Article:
Fraud specialists have long debated whether it is possible to develop a profile of a fraudster that is accurate enough to enable organisations to catch people in the act of fraud or even beforehand. The prediction of a crime before it occurs is, at least for now, the subject of science fiction. But an analysis of the constantly changing nature of fraud and the fraudster can help organisations stiffen their defenses against these criminal activities. Forewarned is forearmed.
This report contains KPMG's analysis of 596 fraudsters member firms investigated between 2011 and 2013. It is intended to provide the reader with insights into the relationship between the attributes of fraudsters, their motivations and the environment in which they flourish. We have also interviewed KPMG member firms' investigation leaders to gain additional insights. This report builds on our 2011 publication, Who is the typical fraudster?, covering 348 cases investigated, and on our 2007 publication, Profile of a fraudster. The 2011 report focused on the relationship between global patterns of fraud, various attributes of fraudsters and how these may evolve in the next five years.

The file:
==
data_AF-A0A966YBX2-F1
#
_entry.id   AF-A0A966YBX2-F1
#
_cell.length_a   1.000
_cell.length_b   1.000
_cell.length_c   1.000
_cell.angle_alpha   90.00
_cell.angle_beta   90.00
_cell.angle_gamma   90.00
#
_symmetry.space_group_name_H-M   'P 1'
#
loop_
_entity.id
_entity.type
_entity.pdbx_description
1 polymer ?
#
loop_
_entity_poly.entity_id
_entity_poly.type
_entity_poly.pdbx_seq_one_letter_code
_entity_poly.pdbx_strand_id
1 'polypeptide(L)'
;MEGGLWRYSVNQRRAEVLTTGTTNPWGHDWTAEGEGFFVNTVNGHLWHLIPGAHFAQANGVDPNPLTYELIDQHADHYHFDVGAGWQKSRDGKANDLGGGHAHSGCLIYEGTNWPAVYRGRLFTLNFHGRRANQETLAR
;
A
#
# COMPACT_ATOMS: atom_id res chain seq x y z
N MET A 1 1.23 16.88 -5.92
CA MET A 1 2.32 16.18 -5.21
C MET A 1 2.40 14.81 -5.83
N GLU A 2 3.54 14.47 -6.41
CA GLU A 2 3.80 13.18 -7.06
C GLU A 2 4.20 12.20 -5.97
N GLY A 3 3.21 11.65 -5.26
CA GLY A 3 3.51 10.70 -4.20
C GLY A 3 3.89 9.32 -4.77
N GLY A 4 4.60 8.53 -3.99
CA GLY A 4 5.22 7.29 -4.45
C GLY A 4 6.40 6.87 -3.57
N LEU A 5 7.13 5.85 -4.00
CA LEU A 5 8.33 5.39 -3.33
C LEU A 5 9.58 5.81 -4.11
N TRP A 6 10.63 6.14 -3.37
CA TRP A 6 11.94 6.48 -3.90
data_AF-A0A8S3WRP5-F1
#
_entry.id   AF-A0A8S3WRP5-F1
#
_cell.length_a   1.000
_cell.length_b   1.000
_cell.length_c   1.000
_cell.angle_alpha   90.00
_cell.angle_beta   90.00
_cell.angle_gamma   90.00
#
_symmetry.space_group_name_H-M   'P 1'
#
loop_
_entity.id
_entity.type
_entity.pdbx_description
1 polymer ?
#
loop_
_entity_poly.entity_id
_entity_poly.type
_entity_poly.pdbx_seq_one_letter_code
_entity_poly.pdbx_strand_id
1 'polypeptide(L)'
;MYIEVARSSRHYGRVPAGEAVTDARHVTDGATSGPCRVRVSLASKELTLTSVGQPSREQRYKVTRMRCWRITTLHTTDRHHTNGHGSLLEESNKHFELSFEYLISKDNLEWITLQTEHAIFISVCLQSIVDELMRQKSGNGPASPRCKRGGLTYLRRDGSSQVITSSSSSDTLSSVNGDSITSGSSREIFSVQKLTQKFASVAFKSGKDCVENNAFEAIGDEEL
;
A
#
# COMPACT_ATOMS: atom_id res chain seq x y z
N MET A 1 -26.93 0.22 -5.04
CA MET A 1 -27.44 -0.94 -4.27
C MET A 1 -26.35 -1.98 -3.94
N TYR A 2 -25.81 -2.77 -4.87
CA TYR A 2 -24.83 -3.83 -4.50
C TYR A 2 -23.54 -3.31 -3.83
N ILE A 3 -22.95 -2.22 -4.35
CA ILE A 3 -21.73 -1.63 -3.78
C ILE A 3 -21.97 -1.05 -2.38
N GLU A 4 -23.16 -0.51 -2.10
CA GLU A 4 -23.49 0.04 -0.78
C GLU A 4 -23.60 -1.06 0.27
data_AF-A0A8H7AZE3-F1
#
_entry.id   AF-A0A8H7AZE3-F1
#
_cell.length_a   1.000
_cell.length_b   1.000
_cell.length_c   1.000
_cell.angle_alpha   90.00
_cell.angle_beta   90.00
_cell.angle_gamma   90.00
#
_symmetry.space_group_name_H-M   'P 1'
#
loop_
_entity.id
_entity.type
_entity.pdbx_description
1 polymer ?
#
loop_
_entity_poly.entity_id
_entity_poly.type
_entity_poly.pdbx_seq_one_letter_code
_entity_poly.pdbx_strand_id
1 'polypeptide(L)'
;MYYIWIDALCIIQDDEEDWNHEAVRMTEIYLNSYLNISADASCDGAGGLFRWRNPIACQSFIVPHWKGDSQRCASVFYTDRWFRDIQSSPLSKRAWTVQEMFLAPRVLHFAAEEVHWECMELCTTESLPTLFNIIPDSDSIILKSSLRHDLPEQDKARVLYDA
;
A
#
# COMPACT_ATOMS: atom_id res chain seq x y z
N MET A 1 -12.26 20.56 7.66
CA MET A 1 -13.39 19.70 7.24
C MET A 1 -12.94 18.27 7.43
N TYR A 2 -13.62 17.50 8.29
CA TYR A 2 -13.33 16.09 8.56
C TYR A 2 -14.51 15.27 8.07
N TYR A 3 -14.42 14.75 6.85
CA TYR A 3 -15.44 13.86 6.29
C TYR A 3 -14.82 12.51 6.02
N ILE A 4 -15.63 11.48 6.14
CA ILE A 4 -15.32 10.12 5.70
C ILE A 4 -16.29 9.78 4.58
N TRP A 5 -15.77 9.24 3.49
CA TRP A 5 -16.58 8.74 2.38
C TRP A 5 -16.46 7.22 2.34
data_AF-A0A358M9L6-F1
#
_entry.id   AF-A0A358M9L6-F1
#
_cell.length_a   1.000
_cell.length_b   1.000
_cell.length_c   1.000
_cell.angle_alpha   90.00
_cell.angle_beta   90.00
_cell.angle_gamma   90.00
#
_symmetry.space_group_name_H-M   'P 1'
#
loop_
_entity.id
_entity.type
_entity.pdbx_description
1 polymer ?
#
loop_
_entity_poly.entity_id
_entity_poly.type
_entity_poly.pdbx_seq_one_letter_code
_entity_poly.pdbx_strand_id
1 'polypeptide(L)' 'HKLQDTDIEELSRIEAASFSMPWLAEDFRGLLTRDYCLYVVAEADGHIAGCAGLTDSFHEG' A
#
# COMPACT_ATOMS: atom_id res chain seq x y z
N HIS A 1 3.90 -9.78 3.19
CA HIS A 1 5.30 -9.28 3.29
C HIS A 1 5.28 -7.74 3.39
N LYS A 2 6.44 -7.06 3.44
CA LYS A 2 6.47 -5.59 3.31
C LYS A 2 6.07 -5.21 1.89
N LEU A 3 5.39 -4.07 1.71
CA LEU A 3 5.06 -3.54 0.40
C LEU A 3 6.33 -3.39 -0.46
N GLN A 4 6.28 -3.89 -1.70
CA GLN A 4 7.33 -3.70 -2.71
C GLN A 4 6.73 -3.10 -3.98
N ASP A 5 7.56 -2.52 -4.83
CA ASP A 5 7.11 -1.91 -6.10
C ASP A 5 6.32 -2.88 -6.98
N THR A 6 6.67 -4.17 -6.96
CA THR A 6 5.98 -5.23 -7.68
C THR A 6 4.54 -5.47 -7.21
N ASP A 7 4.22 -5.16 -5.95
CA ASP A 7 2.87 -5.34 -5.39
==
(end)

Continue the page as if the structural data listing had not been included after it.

The typical fraudster among the 596 included in the 2013 survey is very similar to the typical fraudster identified in the investigations KPMG firms reported on two years earlier.
The content of this article is intended to provide a general guide to the subject matter. Specialist advice should be sought about your specific circumstances.